Support with legal options

There is no specific offence called ‘domestic violence’, but abusers will usually commit one or more crimes against their victims. This covers a broad range of abusive acts and behaviour, from rape, sexual assault, and physical assaults to criminal damage, harassment, stalking, as well as anything else which fits this description: “Any incident or pattern of incidents of controlling, coercive or threatening behaviour, violence or abuse between those aged 16 or over who are or have been intimate partners or family members regardless of gender or sexuality.”

Below is a brief guide to the law surrounding domestic violence and signposts to more information and support.

  • Many people do not realise that there are two sorts of law in the UK: criminal law and civil law. Domestic violence can fall into one or both categories
  • Criminal law punishes wrongdoing, whereas civil law is about pursuing justice in circumstances where there is insufficient evidence to take a case to the criminal courts
  • A civil court can award you an injunction or compensation; a criminal court can sentence your abuser such as with a fine, imprisonment and/or a restraining order
  • Coercive control is a criminal offence, committed when someone to whom you are personally connected makes you feel controlled, isolated, and afraid, and knew or could reasonably be expected to have known he was doing this. Controlling behaviour can include threats, damage to property, controlling your money, and monitoring your whereabouts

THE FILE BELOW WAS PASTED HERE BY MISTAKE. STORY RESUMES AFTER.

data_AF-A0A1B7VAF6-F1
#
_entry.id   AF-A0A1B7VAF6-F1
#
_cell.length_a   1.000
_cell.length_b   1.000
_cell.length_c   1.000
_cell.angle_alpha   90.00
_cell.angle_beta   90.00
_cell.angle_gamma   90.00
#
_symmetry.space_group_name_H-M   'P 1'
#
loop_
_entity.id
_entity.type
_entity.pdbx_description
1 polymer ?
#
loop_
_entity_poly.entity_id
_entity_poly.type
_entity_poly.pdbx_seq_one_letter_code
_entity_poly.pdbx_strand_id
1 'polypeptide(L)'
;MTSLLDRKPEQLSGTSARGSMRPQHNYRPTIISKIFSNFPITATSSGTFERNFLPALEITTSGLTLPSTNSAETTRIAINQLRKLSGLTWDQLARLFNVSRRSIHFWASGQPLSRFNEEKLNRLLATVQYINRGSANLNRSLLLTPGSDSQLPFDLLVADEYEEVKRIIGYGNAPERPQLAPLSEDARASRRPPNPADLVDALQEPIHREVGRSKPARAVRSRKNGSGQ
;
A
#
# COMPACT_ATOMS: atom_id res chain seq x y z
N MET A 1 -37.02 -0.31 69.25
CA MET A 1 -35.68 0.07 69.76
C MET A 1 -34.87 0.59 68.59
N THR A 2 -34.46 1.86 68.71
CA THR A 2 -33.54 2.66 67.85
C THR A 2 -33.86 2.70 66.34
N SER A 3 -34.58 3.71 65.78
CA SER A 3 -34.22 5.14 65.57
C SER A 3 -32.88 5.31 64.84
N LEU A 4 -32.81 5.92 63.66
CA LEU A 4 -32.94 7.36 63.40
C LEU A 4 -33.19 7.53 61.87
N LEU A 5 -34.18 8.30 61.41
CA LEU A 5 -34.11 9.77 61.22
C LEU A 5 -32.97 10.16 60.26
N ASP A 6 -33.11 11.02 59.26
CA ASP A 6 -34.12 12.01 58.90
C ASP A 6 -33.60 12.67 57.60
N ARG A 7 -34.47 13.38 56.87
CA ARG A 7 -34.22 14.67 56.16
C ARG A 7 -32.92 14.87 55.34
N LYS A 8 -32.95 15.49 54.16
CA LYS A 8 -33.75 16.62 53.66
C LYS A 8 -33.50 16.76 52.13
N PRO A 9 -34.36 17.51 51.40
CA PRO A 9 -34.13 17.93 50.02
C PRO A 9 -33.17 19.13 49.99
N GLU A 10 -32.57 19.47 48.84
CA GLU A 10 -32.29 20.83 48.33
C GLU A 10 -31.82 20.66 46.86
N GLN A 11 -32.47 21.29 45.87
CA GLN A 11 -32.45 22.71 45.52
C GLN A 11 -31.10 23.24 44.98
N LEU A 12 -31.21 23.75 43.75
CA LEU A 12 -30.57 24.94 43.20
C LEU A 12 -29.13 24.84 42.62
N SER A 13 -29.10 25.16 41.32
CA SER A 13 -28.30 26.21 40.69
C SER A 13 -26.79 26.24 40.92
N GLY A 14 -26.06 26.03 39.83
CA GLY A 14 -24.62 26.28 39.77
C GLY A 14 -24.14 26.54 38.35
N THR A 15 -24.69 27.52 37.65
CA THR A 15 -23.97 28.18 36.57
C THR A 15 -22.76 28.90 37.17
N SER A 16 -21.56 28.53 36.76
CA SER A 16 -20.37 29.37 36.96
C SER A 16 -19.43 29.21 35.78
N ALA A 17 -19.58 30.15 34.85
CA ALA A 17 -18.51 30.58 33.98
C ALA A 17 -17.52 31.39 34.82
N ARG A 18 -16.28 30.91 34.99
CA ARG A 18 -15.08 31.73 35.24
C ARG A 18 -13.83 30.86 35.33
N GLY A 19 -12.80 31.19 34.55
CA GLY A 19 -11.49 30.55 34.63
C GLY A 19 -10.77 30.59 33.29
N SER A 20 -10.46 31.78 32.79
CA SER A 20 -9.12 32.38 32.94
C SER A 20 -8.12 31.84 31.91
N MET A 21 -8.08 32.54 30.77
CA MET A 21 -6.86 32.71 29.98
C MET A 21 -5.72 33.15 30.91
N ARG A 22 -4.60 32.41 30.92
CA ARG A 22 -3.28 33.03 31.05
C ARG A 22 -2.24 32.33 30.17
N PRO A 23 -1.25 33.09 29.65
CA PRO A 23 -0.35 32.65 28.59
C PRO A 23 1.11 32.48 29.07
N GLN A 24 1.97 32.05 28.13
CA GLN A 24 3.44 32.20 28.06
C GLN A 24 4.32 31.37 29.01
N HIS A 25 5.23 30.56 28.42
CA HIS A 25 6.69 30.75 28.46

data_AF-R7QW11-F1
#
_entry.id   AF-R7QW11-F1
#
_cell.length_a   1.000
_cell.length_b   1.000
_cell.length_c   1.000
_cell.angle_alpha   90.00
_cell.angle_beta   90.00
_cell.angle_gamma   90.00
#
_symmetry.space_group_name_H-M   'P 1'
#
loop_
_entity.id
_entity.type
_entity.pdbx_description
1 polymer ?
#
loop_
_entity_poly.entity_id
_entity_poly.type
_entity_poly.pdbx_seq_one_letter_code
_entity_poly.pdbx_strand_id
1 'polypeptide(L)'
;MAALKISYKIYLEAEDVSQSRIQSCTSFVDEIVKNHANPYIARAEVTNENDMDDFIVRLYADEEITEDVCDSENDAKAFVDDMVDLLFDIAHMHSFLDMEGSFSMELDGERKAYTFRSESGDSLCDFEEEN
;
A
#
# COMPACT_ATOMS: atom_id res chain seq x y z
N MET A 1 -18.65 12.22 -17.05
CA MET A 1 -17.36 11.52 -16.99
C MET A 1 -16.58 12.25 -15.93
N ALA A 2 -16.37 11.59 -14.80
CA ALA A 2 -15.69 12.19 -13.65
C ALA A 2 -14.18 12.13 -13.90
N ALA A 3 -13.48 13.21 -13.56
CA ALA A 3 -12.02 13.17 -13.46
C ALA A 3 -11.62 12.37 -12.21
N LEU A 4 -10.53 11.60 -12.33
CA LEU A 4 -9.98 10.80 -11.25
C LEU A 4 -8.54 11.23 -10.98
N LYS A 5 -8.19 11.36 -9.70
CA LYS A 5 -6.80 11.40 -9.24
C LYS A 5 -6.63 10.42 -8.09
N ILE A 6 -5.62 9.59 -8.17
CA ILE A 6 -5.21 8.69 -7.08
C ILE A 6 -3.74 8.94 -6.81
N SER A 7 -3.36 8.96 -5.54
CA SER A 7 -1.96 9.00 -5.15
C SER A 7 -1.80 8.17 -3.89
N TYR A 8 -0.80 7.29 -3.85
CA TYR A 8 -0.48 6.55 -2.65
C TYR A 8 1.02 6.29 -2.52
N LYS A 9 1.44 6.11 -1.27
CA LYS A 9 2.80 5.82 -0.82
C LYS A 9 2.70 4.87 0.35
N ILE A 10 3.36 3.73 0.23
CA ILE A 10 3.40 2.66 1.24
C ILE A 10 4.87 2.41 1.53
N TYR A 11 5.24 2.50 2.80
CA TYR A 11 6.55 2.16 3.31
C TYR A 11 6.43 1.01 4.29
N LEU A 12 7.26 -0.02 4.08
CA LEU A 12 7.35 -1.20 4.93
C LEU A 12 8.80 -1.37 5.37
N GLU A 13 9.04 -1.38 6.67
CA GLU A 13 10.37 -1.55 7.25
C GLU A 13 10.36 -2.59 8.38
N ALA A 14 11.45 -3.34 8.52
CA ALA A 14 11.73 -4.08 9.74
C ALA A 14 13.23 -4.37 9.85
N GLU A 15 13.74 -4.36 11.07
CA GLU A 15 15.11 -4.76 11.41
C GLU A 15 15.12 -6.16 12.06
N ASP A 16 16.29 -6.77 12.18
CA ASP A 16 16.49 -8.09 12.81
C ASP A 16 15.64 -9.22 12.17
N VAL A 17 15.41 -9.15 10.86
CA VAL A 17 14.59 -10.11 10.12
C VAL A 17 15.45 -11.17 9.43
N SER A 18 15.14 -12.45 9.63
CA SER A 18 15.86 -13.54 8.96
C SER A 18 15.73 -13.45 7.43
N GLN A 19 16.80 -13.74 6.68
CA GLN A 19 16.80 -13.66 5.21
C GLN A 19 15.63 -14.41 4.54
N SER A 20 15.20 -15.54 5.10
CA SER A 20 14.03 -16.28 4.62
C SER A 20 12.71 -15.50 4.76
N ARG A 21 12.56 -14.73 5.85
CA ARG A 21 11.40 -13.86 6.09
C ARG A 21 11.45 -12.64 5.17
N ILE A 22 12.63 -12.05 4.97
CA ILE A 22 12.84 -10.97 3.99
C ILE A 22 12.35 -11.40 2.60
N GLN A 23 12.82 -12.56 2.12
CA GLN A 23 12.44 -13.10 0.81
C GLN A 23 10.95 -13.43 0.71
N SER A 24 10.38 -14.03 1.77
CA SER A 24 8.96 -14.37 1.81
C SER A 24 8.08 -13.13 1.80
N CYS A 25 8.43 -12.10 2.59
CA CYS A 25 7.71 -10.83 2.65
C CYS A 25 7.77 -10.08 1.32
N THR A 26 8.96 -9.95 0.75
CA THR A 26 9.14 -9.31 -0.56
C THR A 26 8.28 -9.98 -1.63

• Harassment is a criminal offence, committed when an abuser repeatedly behaves in a manner intended to cause you distress. If your abuser put you in fear of violence that is a more serious offence and will be dealt with more severely by the courts
  • Stalking has been a specific crime since 2012. It covers regular behaviour, such as following, contacting, or spying on you, which makes you feel that you must constantly be careful
  • A non-molestation order prevents your abuser from intimidating, harassing, or pestering you, and an occupation order controls who can live in the family home and can bar him from the surrounding area too. These are injunctions you can apply for in Family Court, where you may also seek compensation from your abuser. If you need one urgently, or fear a violent response from your abuser, you may seek a temporary injunction without his knowledge at the judge’s discretion
  • If your abuser is charged and dealt with by criminal courts, the Crown Prosecution Service may request a restraining order, whether or not your abuser is found guilty. This will prohibit him from doing anything specified in it such as threatening or contacting you, or visiting specific places such as your home or work. It is up to the judge whether to grant such an order
  • A domestic violence protection order bars a perpetrator from returning to your residence, or contacting you, for up to 28 days. It can be applied for by the police and granted by a magistrate
  • • In an emergency, contact the police on 999, or by texting 18001 101
    • For non-emergency support you can contact the police by dialling 101
    • Rights of Women has a detailed online library of information about the law on domestic violence, which you can find here, as well as an advice service
    • If you are looking for a legal adviser, you can use the links on this Government website
    • Call the Freephone 24-hour National Domestic Violence Helpline, run in partnership between Refuge and Women’s Aid, on 0808 2000 247